Mark Twain’s “There ain’t no surer way to find out whether you like people or hate them than to travel with them.” I’ve spent the past eight months travelling with my boyfriend of seven years. It was our first extended trip together and it’s been an eye-opening experience! But if you can still put up with someone after travelling together that long, I reckon it’s a good sign.

Santa Teresa, Costa Rica

7. Is there any music that inspires you to travel?

I love Manu Chao—his music always perks me up, it brings to mind sunshine and South America and makes me want to dance. Also Gotan Project because they’re really atmospheric, great to listen to before a night out. When you’re on a bus or a train, watching the world go by, I love to listen to really uplifting, anthemic tunes—something like Pearl Jam, or Florence + The Machine.

8. What is your craziest true travel story? 

In my gap year, before university, I spent a few months doing volunteer work in Namibia—one of the most beautiful countries I’ve ever visited. One of the projects I worked on was building a school in the north of the country, near the Angolan border. We had a set date for the official opening of the new building, and it was going to be a pretty big deal—the local TV news crew were coming to film it and a local dignitary would be declaring the school open. But on the last night before this launch, we still had a ton of work to do to get the building finished, so when the light faded we had to park our supplies truck opposite the school with its headlights on, so we could carry on working. However the local Himba tribe—who were the local community we were building the school for—had decided since we were so nearly finished, it was time to celebrate. While we were fitting windows and painting door-frames, they were doing this incredible dance all around us, waving sticks and doing a lot of stamping; it was amazing! The Himba people have fantastic braided hairstyles, and rub themselves with a red-orange paste which colours their skin. So you can imagine, it was a pretty awe-inspiring sight seeing this huge group of red people dancing away in the truck headlights, braids flying. Incredible and surreal!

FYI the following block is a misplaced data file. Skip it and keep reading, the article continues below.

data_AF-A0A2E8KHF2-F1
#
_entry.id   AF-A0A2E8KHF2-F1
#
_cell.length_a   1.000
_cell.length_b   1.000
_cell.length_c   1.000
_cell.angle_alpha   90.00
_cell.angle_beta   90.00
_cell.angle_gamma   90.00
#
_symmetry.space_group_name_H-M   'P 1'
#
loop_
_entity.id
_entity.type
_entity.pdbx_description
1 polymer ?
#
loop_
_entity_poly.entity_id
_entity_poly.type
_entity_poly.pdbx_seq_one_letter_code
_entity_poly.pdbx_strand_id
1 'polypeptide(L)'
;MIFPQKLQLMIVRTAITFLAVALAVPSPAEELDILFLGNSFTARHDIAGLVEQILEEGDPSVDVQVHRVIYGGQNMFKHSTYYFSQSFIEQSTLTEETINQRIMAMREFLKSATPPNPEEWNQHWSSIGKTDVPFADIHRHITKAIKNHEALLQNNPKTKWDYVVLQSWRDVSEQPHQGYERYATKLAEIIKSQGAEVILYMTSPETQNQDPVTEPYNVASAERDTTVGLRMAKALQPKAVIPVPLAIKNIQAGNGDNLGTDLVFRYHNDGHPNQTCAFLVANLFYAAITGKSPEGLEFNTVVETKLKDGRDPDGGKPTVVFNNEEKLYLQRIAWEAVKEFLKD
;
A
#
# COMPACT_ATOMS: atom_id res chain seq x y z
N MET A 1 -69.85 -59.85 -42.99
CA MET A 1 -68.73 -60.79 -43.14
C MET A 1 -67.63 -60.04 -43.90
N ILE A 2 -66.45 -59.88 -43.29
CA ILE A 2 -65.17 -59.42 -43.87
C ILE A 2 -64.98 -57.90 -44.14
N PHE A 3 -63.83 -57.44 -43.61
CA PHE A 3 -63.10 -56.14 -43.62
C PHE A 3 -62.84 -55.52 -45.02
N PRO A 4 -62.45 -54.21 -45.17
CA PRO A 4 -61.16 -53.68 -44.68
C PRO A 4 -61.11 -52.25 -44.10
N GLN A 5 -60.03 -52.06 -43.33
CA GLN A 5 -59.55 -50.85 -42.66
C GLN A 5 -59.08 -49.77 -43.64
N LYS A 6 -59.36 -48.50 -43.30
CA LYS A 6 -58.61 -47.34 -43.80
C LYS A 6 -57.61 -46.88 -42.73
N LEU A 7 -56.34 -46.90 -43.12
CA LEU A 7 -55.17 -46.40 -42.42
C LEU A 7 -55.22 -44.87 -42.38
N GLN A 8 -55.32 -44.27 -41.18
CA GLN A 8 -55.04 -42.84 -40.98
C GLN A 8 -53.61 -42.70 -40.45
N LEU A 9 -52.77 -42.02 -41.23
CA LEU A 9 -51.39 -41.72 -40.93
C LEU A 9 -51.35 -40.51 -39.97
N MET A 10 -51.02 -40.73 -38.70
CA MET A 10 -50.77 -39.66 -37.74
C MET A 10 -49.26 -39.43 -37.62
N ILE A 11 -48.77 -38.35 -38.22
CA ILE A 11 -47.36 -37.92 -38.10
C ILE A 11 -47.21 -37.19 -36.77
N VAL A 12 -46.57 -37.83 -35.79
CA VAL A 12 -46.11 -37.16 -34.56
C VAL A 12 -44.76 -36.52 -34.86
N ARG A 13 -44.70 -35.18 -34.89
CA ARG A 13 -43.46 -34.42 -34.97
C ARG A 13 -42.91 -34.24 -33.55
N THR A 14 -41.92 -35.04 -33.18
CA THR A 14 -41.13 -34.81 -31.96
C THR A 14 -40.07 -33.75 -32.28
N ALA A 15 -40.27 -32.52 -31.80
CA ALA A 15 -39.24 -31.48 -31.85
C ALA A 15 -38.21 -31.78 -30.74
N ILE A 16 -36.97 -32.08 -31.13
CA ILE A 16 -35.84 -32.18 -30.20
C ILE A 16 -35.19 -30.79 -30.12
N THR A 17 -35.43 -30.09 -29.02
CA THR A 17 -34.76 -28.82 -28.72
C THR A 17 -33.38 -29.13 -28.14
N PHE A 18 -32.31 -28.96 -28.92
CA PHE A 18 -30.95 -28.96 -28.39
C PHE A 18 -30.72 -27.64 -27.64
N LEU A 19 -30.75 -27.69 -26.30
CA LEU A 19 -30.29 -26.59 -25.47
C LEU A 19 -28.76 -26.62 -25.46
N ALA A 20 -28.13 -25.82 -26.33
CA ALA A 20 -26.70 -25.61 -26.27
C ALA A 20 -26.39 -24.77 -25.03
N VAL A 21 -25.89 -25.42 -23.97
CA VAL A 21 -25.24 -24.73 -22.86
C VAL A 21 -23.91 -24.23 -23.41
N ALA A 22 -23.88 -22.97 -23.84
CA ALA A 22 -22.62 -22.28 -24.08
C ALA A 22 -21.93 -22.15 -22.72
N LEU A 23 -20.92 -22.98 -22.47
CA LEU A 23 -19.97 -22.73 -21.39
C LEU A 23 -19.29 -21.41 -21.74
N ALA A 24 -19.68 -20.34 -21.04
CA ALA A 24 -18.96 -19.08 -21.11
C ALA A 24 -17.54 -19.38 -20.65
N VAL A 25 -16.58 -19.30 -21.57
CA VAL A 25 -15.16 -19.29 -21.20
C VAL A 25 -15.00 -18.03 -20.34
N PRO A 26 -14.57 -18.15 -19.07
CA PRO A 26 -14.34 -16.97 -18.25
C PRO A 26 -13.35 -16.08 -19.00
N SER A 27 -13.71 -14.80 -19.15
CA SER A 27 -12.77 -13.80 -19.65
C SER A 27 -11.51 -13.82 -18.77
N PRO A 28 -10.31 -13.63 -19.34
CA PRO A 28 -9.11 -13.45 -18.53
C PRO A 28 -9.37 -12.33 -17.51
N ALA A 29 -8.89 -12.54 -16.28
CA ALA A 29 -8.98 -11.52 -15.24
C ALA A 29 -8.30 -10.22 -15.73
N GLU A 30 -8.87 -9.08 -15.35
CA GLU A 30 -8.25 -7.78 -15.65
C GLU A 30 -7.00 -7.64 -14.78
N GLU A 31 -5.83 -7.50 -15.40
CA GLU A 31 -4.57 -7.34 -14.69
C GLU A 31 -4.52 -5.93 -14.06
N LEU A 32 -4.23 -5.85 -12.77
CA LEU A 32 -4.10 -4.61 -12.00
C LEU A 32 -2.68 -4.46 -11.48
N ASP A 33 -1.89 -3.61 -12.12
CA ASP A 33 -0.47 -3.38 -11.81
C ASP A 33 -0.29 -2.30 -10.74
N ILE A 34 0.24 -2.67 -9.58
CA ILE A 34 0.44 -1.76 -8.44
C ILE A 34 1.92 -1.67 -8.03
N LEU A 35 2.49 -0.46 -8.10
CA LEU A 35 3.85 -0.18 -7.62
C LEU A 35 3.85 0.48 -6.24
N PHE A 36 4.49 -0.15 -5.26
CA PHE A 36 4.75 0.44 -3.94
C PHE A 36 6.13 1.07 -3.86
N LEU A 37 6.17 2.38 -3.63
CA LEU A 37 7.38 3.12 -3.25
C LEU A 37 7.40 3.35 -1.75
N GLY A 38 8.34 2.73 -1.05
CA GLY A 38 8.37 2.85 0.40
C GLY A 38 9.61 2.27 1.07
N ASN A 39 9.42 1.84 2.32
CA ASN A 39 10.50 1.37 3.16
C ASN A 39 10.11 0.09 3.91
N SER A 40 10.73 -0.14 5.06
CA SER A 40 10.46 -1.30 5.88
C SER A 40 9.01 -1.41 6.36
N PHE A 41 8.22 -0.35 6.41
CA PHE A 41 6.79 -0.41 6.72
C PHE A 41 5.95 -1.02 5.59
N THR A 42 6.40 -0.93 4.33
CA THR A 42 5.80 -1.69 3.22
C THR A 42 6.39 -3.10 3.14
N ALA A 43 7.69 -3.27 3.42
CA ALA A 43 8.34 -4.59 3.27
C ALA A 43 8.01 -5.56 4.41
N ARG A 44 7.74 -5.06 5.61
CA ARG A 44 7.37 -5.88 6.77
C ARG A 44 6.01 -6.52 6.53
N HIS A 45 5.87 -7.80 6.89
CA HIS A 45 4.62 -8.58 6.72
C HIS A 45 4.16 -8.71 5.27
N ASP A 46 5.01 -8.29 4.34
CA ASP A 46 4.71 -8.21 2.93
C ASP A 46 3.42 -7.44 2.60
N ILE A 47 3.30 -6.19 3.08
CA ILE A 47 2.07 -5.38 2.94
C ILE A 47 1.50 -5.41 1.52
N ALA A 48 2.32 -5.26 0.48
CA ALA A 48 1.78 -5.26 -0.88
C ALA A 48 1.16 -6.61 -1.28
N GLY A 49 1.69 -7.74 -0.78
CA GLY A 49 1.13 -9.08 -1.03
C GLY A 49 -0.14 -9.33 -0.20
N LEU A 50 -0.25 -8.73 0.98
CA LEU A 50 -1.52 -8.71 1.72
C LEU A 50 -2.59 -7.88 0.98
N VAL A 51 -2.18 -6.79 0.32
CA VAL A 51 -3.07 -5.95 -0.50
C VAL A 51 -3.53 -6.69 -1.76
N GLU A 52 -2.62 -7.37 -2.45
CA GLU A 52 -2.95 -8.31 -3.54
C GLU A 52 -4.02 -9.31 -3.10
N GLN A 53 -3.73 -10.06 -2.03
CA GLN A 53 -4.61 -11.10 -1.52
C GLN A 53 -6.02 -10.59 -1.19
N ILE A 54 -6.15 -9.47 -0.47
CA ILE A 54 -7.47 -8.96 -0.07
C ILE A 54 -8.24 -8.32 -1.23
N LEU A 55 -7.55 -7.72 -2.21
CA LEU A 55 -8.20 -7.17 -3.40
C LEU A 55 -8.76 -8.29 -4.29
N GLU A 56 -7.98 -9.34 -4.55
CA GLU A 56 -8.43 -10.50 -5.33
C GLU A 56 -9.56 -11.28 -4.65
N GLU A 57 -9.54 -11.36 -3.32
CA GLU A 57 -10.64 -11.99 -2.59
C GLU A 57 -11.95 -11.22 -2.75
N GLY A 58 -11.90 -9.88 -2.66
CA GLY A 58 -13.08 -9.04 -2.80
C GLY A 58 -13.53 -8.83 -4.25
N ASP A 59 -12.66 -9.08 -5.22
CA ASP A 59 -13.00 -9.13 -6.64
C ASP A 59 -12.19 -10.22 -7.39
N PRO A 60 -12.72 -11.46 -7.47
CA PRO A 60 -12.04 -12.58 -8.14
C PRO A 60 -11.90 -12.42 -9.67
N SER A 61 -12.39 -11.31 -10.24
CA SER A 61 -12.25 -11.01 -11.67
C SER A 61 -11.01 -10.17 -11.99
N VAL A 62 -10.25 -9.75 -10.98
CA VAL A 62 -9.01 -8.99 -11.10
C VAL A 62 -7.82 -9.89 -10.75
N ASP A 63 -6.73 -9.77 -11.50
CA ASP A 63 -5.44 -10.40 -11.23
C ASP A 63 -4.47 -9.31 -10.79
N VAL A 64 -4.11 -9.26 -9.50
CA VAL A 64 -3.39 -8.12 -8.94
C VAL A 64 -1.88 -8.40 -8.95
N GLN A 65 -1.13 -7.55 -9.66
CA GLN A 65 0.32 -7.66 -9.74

9. How do you think that travel videos can be useful to travelers, even if they aren’t filmmakers themselves?

Travel videos are a great source of inspiration and information—they can help you decide where to go on your next vacation, and give great advice on what to do when you get there. Plus you often get great insider tips from people who live there, that you wouldn’t know as a first-time visitor.